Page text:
> Finally, the USDA is starting to revise its food and nutritional recommendations and suggested people eat less meat rather than lean meat. Washingtonpost wrote of how the meat industry’s worse nightmare will come to reality. This recommendation, part of a series of future health recommendations, will be made based on the environmental health concerns of livestock production. What isn’t being considered in this case or understood by most people are various food production methods. Not all meats are the same when considering environmental impact and, in fact, it would be quite fair to say CAFO animals and pastured animals are quite opposite in terms of impact to environmental health. Personally, I believe the meat industry ought to be penalized for both its lack of consideration for the environment and animal welfare issues. The USDA food recommendations shouldn’t hinder people, however, from securing meat from other food production sources, such as local farms with pastureland.
Five of these observations all directly/indirectly point to meat as the culprit for the environmental and nutritional health woes of this world. This, however, shouldn’t come as a surprise. Since the 1980 Dietary Recommendations, the United States has become fatphobic and will continue to be in 2015, it appears. That much hasn’t changed despite no clear upswing in the overall health of the population after 30+ years under those recommendations. Despite these observations, there is still good news.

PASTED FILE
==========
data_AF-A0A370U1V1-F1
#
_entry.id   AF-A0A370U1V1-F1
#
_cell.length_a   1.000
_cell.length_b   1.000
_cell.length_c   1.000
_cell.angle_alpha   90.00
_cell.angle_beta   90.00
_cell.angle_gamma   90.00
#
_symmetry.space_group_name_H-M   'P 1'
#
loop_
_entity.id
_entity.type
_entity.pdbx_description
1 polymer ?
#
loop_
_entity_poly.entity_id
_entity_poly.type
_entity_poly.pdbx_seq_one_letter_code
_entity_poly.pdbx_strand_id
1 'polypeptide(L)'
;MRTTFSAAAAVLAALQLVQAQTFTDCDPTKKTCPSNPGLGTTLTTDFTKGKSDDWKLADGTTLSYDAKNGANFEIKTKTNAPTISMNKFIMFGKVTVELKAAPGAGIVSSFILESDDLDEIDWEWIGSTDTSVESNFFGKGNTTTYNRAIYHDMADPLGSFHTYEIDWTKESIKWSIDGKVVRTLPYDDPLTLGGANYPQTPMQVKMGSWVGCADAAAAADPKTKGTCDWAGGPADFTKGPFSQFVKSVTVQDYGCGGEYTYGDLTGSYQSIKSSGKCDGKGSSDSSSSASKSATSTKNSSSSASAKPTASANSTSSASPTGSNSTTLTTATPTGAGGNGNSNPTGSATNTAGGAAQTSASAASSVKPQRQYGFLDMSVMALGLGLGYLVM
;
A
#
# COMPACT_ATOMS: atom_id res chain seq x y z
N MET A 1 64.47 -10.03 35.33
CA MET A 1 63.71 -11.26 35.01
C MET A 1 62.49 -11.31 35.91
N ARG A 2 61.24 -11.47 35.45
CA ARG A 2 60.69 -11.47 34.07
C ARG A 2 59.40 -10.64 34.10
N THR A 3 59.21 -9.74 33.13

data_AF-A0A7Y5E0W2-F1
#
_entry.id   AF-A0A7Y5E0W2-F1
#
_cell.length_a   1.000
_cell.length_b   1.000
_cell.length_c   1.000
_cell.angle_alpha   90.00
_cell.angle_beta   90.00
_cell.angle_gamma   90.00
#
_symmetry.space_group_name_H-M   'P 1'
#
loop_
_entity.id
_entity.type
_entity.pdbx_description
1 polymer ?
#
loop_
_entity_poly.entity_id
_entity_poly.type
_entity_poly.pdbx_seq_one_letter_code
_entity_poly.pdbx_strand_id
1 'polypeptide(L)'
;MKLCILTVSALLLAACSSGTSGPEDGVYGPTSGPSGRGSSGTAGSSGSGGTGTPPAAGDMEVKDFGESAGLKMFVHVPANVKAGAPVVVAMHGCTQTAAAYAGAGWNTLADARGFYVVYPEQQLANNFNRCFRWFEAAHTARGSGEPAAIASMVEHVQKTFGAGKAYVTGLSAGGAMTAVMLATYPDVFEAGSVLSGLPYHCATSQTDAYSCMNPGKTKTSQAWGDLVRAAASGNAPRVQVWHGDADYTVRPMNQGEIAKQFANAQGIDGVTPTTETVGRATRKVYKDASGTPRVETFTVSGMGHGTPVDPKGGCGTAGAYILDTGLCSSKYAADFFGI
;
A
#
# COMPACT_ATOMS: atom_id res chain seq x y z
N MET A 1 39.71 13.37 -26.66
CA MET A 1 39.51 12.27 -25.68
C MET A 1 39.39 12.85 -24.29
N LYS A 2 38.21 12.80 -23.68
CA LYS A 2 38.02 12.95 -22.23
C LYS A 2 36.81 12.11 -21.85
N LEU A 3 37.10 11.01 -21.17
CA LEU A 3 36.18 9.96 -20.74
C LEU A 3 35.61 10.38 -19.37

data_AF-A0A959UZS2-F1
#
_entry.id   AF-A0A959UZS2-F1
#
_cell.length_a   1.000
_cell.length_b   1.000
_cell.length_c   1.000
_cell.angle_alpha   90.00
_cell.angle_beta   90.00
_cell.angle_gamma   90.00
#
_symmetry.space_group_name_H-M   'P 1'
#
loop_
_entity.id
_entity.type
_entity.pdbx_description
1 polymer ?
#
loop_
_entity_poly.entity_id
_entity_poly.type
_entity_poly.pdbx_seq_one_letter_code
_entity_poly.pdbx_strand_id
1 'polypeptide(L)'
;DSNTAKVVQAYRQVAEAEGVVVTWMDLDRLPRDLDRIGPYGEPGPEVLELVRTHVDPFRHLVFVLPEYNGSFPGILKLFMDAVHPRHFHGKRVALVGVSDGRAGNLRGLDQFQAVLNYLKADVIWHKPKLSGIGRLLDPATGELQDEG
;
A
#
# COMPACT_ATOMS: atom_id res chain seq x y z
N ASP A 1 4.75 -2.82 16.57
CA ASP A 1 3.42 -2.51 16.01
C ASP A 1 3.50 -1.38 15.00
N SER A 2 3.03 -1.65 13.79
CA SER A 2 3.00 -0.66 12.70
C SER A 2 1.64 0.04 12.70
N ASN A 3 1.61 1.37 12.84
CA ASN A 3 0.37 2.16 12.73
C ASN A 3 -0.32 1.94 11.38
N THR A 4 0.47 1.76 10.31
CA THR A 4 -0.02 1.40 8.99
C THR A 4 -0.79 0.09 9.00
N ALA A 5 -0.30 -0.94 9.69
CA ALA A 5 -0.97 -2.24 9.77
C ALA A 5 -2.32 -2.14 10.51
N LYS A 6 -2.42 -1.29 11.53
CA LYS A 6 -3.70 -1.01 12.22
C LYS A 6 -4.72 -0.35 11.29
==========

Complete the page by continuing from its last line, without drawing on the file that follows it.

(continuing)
Kurtis Hiatt, on behalf of the US News made several claims on the Atkins diet, such as there’s no considerable evidence for effective long-term weight loss and diabetes control. Upon investigation, you’ll discover he carries no credentials or qualifications related to the subject. He has no business providing baseless recommendations to the public. There is evidence to support the Atkins diet’s effectiveness in long-term weight loss and diabetes control. People who attempt to disabuse others of trying Atkins are usually uninformed, which is why conducting good research is paramount.
The same can be said about Paleo, which was ranked lowest on the US News Overall Diet Rankings. One important thing to consider: even if mimicking diet consumed by paleolithic ancestors is impossible for modern-era humans to accomplish, does this mean the Paleo diet is the worse fad? Not exactly because part of being on this diet is consuming nutrient-dense foods, such as meats, fruits, and vegetables. There was a study published last year, documenting the effects of the Paleo diet in a long-term, clinical setting for the very first time. Finally, a unique, high-quality study is released for people to examine and discuss in some length and depth; this is exactly what Paleo and Atkins are in need of to be fully recognized for both their health and environmental benefits.
To dispel the myths, lies and deceptions of these dietary recommendations, let there be more evidence-based science on the table for review and discussion. In addition, let’s share and base our decisions on objective and viable tested information. As Mahatma Gandhi once said, “Be the change you want to see in the world”. Despite the push, rough or not, I desire 2015 to be another year of fat redemption.
Terrific, well-thought out piece! Fat is where it’s at!!
Great and well written blog Kevin. It is unbelievable that people think eating the way we were supposed to is a bad thing!!
Thank you Kevin! Well done!
I’m curious what future generations (assuming we don’t go extinct) will say about this time period in history. I know in High School when I learned about thalidomide babies I was appalled and thought “thank god science has improved, and we don’t do stupid stuff like that anymore”. Now I’m like “who am I kidding, kids may not have flippers but ‘science’ is still screwing them up”.